adjective, tam·er, tam·est.
verb (used with object), tamed, tam·ing.
verb (used without object), tamed, tam·ing.
Origin of tame
Examples from the Web for tame
Her Facebook photos could populate a tame “girls with guns” style calendar.
He was widely perceived as having been outplayed by a vast military bureaucracy that he never sought to tame.Hagel Takes a Bullet for Obama: Inside the Defense Secretary’s Sudden Firing|Shane Harris, Tim Mak|November 24, 2014|DAILY BEAST
That's tame compared to the C-word and racism other Republicans have thrown on the social network.
He left the crowd with a Greek aphorism—“to tame the savageness of man and make gentle the life of this world.”
I had just gotten my braces off and was learning how to tame my hair with a curling iron.Apps and Online Programs Offer New Ways to Report Street Harassment|Tessa Miller|April 2, 2014|DAILY BEAST
Here, if Man is to maintain himself at all, he must be master of tame animals which can eat the grass, and in turn sustain him.The Unity of Civilization|Various
Custom is, to think a handsome thing in private but tame it down in the utterance.The Letters Of Mark Twain, Volume 6, 1907-1910|Mark Twain (Samuel Clemens)
He was tame until the shadows began to gather and the sun went down.The Wolf's Long Howl|Stanley Waterloo
These are tame days when we have forgotten how to make Cock-Ale.The Closet of Sir Kenelm Digby Knight Opened|Kenelm Digby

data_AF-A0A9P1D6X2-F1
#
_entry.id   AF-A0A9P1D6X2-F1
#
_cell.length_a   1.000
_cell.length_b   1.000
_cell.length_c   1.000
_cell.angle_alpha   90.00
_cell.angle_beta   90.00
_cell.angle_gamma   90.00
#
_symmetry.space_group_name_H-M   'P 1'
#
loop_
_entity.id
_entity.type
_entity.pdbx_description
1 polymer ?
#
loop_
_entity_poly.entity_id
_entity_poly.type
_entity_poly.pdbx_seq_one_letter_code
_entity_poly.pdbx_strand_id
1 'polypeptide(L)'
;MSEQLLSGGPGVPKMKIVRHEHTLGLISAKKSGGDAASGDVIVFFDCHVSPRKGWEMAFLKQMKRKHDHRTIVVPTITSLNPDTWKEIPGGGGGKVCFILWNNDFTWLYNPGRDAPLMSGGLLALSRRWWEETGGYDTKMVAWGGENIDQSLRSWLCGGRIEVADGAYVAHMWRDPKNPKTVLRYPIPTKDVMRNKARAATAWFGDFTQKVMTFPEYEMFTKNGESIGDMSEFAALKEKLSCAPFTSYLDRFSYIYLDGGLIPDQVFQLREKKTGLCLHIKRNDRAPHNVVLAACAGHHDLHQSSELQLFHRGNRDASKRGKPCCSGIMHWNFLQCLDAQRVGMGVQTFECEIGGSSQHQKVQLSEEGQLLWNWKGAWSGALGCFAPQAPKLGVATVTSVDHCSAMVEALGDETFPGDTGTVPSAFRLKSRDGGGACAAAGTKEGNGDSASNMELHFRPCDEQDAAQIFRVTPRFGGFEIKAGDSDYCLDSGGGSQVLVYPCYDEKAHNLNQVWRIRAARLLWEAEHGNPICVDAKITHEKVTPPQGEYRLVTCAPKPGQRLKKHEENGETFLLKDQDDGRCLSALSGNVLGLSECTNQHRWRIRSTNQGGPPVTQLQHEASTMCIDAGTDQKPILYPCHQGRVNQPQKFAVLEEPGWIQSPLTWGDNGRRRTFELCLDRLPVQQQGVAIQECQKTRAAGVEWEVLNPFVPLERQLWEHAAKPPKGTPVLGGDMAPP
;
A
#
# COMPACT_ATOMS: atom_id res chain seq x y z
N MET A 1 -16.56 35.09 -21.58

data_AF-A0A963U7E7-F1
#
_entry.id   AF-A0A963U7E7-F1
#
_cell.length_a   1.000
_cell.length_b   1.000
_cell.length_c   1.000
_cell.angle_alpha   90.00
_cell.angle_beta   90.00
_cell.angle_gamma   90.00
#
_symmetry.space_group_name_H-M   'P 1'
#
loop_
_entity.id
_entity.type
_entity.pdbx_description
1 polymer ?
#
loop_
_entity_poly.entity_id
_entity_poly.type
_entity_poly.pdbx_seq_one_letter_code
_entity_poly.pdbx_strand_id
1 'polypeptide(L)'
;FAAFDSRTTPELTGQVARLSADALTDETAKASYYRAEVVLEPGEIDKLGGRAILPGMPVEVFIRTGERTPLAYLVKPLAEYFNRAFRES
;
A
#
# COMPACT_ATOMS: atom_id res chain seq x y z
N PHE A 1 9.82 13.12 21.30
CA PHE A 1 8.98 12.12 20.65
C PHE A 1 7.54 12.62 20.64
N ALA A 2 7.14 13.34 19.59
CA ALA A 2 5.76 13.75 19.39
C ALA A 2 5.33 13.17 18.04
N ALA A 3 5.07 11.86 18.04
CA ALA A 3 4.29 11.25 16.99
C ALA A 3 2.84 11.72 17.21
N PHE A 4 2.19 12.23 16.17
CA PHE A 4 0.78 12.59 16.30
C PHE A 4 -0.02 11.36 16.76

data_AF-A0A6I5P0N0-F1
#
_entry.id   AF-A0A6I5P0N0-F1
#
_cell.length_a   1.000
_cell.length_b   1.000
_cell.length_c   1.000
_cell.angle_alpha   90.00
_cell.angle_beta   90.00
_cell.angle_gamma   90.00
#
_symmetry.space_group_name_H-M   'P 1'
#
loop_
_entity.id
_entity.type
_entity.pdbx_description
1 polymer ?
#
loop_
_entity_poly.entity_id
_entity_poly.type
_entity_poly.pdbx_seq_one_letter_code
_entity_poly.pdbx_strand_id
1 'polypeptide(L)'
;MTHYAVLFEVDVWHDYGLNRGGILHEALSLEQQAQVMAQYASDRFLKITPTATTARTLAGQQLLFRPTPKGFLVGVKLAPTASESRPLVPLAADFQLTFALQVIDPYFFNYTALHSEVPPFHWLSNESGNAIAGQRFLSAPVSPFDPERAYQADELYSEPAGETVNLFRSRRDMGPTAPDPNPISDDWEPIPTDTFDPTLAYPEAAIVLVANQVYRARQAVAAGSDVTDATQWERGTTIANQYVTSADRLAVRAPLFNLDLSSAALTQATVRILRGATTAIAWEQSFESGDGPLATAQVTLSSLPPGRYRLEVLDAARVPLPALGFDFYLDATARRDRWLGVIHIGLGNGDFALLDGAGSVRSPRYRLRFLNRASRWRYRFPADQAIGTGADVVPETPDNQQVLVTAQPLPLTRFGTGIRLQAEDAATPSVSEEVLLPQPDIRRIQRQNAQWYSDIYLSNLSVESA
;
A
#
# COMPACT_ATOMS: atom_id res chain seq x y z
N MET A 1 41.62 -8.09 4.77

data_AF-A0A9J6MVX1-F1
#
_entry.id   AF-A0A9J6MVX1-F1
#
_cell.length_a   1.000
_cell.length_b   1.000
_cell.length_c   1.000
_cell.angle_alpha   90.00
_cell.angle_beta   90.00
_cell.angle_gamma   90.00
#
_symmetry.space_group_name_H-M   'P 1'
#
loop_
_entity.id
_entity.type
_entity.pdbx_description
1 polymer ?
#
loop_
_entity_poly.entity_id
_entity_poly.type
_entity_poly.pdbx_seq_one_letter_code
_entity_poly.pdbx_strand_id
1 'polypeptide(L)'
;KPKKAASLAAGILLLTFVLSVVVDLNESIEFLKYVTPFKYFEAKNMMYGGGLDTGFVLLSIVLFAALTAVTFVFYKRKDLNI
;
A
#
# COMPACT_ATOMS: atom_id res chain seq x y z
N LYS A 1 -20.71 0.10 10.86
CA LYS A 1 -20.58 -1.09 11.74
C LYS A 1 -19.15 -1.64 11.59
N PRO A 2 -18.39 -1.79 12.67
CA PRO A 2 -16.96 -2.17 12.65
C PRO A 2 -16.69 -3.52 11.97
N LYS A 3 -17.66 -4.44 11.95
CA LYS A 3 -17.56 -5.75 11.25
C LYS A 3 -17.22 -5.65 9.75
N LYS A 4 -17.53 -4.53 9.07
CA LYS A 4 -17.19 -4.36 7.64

"In a little while he will get tame so he will follow us around," said Ole, as he cut the wooden bars for the cage.Mari, Our Little Norwegian Cousin|Mary Hazelton Wade
Word Origin for tame
Old English tom, tam "domesticated, docile," from Proto-Germanic *tamaz (cf. Old Norse tamr, Old Saxon, Old Frisian, Middle Low German, Middle Dutch tam, Old High German zam, German zahm "tame," Gothic tamjan "to tame"), from PIE *deme- "to constrain, to force, to break (horses)" (cf. Sanskrit damayati "tames;" Persian dam "a tame animal;" Greek daman "to tame, subdue," dmetos "tame;" Latin domare "to tame, subdue;" Old Irish damnaim "I tie up, fasten, I tame, subdue"). Possible ulterior connection with PIE *dem- "house, household" (see domestic). Meaning "spiritless, weak, dull" is recorded from c.1600.
early Middle English teme, from Old English temian "make tame" (see tame (adj.)); form altered 14c. by influence of the adjective. Related: Tamed; taming.